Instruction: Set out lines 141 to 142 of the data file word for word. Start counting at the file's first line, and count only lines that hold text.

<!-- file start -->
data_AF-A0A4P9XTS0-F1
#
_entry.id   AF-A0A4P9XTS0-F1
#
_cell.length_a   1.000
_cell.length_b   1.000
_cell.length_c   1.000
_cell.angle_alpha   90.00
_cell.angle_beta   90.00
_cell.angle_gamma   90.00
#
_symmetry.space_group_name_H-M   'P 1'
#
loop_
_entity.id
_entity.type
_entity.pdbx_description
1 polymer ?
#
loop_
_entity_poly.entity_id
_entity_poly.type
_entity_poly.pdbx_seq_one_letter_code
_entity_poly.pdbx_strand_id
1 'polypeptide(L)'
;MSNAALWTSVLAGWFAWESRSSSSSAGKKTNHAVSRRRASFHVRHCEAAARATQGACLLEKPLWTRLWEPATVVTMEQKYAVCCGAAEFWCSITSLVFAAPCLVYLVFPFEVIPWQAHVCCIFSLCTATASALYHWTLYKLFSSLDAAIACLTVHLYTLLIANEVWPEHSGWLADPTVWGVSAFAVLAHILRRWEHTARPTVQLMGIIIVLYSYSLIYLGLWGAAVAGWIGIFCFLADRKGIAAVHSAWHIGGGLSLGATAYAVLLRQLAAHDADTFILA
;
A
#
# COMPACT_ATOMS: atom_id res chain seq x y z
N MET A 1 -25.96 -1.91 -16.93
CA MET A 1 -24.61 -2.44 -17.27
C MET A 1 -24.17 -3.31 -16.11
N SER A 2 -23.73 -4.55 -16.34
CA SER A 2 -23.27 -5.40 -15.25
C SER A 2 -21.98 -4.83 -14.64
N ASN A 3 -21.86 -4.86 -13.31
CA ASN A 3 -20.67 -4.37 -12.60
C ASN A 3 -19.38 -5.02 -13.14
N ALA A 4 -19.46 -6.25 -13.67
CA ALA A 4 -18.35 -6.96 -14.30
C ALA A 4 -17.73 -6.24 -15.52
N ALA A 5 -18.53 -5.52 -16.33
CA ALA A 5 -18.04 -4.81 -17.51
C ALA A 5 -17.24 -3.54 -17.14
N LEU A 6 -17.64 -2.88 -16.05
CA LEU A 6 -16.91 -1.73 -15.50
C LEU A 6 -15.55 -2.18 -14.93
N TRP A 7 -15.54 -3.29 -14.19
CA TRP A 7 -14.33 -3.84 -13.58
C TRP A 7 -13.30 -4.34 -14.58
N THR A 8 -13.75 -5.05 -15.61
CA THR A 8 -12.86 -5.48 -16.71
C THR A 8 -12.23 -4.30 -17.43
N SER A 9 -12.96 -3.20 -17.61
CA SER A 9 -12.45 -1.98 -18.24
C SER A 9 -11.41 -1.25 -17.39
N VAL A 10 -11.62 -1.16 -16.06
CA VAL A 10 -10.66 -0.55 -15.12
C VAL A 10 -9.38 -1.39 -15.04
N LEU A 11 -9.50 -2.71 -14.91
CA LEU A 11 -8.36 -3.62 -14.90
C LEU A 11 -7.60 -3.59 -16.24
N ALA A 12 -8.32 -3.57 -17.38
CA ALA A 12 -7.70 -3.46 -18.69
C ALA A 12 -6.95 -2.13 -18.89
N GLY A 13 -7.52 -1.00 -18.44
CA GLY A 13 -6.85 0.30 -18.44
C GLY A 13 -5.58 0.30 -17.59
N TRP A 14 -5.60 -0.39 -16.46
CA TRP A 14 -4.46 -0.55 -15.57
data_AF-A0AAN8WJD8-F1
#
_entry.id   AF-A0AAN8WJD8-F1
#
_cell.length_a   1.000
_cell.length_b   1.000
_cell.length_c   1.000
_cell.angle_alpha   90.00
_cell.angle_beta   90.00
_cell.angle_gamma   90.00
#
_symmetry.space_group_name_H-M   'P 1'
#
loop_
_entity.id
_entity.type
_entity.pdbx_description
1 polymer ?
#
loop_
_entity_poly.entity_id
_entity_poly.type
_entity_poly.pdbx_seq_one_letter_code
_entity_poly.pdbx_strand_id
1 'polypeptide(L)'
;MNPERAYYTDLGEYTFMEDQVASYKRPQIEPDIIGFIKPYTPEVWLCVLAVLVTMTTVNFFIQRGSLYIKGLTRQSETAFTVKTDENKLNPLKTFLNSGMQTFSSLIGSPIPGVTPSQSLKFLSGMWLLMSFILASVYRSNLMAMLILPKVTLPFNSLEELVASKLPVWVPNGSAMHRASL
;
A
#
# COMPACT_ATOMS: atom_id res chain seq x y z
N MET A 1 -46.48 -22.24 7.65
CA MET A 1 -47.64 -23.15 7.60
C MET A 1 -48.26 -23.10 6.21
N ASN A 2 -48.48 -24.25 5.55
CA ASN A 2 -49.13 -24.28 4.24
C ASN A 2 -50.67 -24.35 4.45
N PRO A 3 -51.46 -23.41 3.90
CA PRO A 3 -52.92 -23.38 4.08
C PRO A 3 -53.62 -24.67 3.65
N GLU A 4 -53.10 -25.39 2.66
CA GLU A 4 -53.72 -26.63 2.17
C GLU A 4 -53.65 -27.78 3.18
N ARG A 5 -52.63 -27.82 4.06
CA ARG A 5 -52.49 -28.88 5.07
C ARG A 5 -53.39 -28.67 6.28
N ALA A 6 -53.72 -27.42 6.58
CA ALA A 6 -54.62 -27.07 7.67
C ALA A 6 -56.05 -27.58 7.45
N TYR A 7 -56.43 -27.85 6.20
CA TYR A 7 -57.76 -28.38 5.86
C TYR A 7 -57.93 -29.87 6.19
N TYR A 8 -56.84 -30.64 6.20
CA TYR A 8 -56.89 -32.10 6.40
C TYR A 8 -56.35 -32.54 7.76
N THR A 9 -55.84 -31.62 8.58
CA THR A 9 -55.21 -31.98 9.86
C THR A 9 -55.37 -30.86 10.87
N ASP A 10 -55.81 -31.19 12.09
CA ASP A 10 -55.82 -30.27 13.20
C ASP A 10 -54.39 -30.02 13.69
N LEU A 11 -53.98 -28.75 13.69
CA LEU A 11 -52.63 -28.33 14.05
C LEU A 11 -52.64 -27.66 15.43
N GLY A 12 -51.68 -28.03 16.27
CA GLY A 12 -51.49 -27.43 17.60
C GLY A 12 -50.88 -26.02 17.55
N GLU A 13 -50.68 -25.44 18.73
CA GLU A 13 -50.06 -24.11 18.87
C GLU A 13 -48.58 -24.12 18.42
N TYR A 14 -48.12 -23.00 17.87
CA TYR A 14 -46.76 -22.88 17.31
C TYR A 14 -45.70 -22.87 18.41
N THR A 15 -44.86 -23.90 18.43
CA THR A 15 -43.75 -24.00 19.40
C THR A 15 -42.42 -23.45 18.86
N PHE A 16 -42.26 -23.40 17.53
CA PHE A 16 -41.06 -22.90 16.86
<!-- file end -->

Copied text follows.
N TYR A 14 -48.12 -23.00 17.87
CA TYR A 14 -46.76 -22.88 17.31